To make the best use of icons, it is recommended to have a variety of images to choose from. As our mood changes with the focus in our lives so the images call to us. It is logical and suggested to pair certain icons with specific scriptural passages. Icons work best in conjunction with particular prayers or biblical passages. Images of John the Baptist, for example, can enhance our interior dialogue by imagining we are walking in solitude, alone. What would we say out loud when only the desert would hear us. Ignatian spiritual exercises are known as colloquies. They try to move the mind and heart into being present in a moment, an event, or a conversation.
A few things to consider as you commence praying with icons:
1. The choice of an icon should be based in part on the graces you desire. If one seeks relief from anxiety, for example, the story of Jesus Calming of the Storm or Peter Walking on the Water may be a good choice.
2. During prayer, one is likely to encounter moments of self-awareness, passion, zeal, or conflict. Pay attention to these emotions, and what you were praying for when you experienced them. It is not uncommon for the image to take on a new meaning.
3. The power of icons come as they reveal the movements of the heart and the Holy Spirit. You may want to seek out a spiritual guide for clarification and discernment of what has shifted.
4. Praying with icons can help enriches spiritual life. The images give a context to pray for family and friends, and even for an end to the maladies that plague our world.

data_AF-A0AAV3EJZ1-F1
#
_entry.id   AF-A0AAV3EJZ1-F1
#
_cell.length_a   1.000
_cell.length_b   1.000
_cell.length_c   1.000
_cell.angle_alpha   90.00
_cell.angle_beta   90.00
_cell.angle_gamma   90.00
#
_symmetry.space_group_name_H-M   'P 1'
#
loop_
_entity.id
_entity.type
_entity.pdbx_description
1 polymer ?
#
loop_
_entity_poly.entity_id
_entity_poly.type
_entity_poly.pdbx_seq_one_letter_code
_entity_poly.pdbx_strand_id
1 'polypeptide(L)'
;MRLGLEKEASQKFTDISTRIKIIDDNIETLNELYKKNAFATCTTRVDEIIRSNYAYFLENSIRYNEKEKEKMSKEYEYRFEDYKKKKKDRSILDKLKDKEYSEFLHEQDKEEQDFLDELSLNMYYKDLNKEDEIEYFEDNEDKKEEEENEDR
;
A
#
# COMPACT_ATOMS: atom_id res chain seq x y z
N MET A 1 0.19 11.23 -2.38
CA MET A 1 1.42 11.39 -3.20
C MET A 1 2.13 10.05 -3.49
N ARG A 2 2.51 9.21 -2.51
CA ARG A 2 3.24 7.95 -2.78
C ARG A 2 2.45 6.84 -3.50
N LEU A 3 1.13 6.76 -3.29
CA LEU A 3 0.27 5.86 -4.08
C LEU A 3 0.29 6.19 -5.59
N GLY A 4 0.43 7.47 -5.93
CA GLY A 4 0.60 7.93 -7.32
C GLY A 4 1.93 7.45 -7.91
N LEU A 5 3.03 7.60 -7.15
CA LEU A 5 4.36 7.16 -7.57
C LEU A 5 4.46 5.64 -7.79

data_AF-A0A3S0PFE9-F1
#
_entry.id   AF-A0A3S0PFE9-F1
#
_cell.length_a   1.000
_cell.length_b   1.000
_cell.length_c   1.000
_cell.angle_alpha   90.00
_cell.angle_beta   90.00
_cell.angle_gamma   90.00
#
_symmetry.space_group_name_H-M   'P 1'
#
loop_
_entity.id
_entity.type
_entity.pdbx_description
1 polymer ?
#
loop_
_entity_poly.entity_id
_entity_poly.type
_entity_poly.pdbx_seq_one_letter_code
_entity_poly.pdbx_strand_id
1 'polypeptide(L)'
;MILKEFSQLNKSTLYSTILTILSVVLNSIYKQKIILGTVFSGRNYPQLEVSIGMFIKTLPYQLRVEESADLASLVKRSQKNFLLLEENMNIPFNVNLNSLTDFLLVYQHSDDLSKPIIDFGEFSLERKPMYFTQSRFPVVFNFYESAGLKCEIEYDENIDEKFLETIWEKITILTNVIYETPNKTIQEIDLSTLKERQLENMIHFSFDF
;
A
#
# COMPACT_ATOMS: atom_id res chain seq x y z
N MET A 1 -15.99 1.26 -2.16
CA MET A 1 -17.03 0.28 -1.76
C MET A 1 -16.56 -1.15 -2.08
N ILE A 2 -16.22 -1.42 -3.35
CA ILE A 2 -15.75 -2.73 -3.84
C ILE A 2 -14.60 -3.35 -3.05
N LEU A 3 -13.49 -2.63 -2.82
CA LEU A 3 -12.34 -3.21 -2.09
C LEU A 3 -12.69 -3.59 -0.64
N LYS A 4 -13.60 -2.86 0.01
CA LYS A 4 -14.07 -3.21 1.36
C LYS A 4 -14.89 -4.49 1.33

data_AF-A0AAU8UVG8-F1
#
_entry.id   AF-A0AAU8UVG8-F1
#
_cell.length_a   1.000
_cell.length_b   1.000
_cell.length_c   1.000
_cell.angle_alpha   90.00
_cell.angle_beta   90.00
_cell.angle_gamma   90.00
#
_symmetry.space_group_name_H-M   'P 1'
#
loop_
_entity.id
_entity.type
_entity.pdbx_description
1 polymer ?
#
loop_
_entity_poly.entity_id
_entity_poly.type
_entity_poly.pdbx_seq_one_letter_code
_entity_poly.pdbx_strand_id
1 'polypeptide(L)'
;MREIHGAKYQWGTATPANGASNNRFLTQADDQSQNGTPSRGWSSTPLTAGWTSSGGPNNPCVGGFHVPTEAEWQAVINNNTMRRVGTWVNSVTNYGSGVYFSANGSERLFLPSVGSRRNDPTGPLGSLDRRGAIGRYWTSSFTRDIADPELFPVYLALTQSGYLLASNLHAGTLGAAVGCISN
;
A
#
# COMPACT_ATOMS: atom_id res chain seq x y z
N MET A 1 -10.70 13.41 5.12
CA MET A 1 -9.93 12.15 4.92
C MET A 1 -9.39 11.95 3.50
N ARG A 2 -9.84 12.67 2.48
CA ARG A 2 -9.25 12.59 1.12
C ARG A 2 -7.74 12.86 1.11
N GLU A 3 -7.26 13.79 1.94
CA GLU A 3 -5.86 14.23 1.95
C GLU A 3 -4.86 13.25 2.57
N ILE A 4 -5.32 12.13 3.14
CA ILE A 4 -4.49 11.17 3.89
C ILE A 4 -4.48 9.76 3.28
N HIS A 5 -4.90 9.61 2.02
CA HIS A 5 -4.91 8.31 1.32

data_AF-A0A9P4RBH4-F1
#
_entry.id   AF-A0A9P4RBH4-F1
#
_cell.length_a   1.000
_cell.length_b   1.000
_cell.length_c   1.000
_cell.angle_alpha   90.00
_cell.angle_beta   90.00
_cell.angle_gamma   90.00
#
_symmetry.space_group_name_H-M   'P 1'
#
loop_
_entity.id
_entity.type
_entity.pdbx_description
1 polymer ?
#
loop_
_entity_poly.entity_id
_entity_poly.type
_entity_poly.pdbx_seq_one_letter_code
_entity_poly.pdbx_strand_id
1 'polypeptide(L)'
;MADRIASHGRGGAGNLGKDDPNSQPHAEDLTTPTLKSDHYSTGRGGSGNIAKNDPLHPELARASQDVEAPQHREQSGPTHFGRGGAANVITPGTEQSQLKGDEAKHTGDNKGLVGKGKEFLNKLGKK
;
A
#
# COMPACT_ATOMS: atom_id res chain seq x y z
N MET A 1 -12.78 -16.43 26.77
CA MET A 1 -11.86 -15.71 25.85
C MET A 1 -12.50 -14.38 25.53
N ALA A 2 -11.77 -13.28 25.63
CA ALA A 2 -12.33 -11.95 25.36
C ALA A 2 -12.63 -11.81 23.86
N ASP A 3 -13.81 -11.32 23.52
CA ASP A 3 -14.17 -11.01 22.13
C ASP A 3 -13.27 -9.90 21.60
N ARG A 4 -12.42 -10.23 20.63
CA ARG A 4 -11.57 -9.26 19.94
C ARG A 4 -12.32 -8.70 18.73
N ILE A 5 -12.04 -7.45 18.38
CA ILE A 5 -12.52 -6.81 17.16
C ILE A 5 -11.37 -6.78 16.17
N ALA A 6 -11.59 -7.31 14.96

5. Mother of Tenderness icons show Mary and the child Jesus locked in a warm embrace. It is by far the most popular image. You might try using various images of Mary, changing them one day at a time for a week. Ask your interior self, what is their relationship about.
6. The icon of Christ teaching in the temple at the age of twelve is special and provocative. Icons of Christ’s passion can provoke a group who is praying with icons as supplication for an end to war or relief from hunger and poverty. Let your choice of an image be relevant here. What can we reflect on when we see Mary and Jesus sitting atop a fountain of live-giving water.
7. Icons of God’s love can also be paired with images representing God’s natural creation. By doing so one can achieve a sense of solidarity with God’s world. Our attitude toward the earth itself can become a matter of imagining we live in a world redeemed.
8. The power of icons gives us a springboard to transform our view of ourselves and the natural world. We are living in a spirit-filled world, where brothers and sisters throughout the world are made whole by graces we cannot understand. Gazing at an icon as if you are in it, places you in touch with the beloved son’s healing and redemptive light.
9. In his treatise On Holy Images, St. John Damascene offers the important insight that God chose to become matter so that we can see, touch and be present with him through our material world. “When the Invisible One becomes visible to flesh,” he wrote, “you may then draw a likeness of his form.” All Christians are indebted to the icon artists, both past and present, who have heeded this call.
Published books; In Light of Women, Life in Christ,Iconography Revealed, Meditation and iconography, Embossing Metal, and The Mary Collection. She teaches 5-day workshops, //sacrediconretreat